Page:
The effectiveness of exclusion depends in part on the species involved. Most species responsible for potential or real damage can be effectively excluded from limited areas. Giant toads (south- ern Florida, extreme southern Texas) or Colorado River toads (southern Arizona, extreme southeastern California) can be excluded from pet enclosures by placing a strip of 1/8-inch (0.3-cm) mesh hardware cloth along the outside base of the perimeter fence. The hardware cloth should be buried at least 4 inches (10 cm) in the ground and should extend to a height of at least 20 inches (50 cm). A similar exclusion fence can be used to control breeding aggregations of nonclimbing species in small, urban stormwater detention basins or to exclude these species from small hatchery ponds. Although treefrogs and some related species will readily climb such a fence, most treefrogs normally breed in seasonal, fish-free waters. In addition, their eggs and tadpoles are readily eaten by fish, so they do not usually present a significant problem on fish farms.

Habitat Modification

Keep the shoreline of ponds free of emergent vegetation to minimize cover for adult frogs and allow predators to assist in control. Efforts to directly remove adult frogs at night will also be facilitated.

Trapping

Place funnel traps along the base of a perimeter fence. Toads may also be trapped by burying several 5-gallon (19-l) buckets flush with the ground surface beneath an overhead light. Toads attracted by the insects drawn to the light will fall into the buckets and be unable to escape. Caution: traps may capture other nontarget species, including snakes, turtles, and small mammals.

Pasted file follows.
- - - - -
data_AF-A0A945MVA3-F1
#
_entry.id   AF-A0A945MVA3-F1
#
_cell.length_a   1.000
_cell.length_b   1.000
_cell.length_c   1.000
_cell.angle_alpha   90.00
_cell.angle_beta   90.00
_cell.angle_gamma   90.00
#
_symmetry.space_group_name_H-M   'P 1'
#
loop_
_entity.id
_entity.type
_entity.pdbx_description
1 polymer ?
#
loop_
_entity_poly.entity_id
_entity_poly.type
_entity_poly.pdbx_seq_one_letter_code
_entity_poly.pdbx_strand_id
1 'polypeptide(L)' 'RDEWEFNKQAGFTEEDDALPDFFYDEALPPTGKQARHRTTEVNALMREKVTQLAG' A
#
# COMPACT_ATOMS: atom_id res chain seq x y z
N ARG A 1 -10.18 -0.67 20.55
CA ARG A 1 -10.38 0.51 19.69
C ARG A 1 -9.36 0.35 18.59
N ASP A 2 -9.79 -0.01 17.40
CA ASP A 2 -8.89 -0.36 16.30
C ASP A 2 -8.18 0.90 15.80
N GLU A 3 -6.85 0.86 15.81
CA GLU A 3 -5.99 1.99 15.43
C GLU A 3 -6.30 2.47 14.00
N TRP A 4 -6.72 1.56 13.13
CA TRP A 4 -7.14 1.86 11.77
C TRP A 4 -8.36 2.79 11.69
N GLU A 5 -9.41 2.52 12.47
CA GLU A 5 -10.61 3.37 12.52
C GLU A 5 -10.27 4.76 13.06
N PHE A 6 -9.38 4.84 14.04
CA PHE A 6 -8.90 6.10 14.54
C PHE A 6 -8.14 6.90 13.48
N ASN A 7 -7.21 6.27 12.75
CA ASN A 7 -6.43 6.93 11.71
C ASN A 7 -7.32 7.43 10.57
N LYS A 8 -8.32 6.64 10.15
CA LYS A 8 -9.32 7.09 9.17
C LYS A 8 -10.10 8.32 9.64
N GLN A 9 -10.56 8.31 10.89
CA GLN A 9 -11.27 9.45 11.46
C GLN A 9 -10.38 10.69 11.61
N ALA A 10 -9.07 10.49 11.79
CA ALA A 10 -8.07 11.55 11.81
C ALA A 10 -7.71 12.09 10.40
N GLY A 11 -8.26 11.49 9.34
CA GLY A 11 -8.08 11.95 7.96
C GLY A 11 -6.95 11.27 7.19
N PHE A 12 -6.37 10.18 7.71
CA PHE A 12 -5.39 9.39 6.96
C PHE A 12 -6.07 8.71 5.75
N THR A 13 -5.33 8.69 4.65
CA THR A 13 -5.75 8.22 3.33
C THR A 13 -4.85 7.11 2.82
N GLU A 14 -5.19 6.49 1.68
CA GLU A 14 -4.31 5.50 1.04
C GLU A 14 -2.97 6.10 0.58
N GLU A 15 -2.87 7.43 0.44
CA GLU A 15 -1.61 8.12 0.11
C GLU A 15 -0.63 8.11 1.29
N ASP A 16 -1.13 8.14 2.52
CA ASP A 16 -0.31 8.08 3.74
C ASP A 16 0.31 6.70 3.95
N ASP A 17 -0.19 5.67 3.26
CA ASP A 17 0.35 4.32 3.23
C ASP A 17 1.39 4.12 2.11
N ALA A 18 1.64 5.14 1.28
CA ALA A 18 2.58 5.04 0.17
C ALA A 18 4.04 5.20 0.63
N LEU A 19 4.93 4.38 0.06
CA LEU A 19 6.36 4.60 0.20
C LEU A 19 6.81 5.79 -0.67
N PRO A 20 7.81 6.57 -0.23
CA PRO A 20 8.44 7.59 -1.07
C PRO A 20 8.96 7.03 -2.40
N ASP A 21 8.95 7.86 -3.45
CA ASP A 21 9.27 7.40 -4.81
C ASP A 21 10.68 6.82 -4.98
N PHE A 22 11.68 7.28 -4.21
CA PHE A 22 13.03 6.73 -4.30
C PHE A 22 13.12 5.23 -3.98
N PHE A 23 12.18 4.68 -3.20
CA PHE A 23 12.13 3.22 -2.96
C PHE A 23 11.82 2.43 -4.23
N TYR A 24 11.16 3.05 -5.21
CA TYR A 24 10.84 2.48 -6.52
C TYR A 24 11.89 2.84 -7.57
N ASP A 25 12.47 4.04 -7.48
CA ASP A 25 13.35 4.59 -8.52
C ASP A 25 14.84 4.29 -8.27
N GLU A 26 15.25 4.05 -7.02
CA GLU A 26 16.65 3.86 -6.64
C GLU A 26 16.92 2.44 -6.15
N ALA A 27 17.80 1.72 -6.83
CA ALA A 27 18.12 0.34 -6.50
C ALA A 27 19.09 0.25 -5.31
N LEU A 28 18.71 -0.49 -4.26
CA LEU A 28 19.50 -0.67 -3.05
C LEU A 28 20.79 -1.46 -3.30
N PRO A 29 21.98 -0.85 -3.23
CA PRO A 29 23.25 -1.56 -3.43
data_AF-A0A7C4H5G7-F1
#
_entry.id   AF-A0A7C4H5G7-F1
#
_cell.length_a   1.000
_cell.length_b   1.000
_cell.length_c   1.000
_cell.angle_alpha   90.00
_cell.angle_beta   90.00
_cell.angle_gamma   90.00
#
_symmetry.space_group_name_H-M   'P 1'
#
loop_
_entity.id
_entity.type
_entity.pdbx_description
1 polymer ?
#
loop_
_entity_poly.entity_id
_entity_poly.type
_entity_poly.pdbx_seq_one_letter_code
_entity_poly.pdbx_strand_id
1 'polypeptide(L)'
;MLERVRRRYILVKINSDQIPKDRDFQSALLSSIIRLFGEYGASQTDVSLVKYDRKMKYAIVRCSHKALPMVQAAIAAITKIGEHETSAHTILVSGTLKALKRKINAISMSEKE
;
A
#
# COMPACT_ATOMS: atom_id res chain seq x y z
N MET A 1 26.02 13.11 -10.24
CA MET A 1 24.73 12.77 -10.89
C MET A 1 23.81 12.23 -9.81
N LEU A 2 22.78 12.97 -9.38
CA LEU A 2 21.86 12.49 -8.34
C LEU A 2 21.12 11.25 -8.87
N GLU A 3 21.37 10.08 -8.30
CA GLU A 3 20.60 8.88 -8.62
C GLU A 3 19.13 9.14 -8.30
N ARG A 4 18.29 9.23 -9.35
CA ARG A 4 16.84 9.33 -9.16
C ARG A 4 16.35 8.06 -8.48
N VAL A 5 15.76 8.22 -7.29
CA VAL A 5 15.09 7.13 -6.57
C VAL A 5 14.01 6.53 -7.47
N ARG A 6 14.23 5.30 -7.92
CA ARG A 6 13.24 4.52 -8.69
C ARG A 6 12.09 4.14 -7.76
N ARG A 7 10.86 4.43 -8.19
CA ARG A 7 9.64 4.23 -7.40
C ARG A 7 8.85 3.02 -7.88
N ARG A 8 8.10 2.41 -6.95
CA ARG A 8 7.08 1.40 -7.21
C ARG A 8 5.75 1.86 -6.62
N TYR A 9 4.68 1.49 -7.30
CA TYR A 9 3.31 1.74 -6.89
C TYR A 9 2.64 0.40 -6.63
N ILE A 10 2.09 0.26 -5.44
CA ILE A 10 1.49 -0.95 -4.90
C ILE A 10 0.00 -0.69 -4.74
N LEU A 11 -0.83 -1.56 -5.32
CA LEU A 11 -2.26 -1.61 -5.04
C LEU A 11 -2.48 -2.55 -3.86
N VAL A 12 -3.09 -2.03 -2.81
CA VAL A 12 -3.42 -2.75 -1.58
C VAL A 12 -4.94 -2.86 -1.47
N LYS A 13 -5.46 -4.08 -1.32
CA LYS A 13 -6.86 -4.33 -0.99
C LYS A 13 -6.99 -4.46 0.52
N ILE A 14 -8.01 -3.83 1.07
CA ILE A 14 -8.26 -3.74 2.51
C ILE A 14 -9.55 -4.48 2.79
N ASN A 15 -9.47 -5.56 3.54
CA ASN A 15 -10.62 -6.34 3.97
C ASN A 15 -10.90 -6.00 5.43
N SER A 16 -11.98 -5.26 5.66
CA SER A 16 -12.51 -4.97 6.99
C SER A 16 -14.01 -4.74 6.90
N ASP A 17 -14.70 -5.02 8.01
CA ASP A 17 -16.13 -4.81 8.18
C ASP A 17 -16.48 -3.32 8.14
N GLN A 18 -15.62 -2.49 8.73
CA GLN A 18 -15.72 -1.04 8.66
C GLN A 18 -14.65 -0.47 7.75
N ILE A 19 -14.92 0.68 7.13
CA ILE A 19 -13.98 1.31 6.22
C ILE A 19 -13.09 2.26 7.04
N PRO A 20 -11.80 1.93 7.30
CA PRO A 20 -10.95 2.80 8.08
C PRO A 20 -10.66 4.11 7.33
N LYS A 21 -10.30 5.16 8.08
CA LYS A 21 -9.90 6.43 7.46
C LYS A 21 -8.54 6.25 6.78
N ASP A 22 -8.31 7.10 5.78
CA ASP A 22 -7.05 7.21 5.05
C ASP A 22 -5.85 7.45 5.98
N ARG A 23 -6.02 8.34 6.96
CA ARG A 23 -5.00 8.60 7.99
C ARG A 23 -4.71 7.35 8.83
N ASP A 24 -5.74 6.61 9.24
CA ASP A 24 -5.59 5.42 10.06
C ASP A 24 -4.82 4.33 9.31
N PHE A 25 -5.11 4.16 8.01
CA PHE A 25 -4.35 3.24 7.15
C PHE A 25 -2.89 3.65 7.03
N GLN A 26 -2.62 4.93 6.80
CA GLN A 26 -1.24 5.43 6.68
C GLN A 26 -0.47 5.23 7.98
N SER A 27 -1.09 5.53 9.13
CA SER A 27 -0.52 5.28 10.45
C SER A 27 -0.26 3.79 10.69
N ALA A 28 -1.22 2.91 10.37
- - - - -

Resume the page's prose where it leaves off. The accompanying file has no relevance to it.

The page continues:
Capture

Frogs can be located at night by the reflection of their eyes in the beam of a headlamp. They can be collected by gig or hand. Captured frogs may be eaten, or where allowed by law, sold to provide additional economic returns. Check with your state wildlife agency regarding seasons, bag limits, legal methods of take, and restrictions on sale.

Shooting

Although shooting is allowable in some states, it is not safe in some areas requiring control.

Economics of Damage and Control

Frogs eat many insect pests. With the exception of fish farms, control measures for frogs are seldom warranted and, in most cases, should be discouraged. On fish farms, the economic damage depends in part on the unit value of the fish produced. Corse and Metter (1980) provided data suggesting that a 350-pond farm that produced goldfish might sustain $42,000 in annual losses to bullfrogs, whereas the same facility might sustain only $12,600 in losses if it produced golden shiners, a less valuable species. It follows that losses might be still higher on farms specializing in valuable aquarium fishes.

**The above information was taken from a University of Nebraska Web site with
express permission of Stephen Vatassel, wildlife damage project coordinator. **

Click here to see our
Frog Picture Gallery

(Back to Top )

Call us now for a free phone estimate

Nationwide Toll-Free: 1.888.488.1415

UNITED WILDLIFE CONTROL: STATEWIDE, WE’RE BY YOUR SIDE! WWW.UNITEDWILDLIFE.COM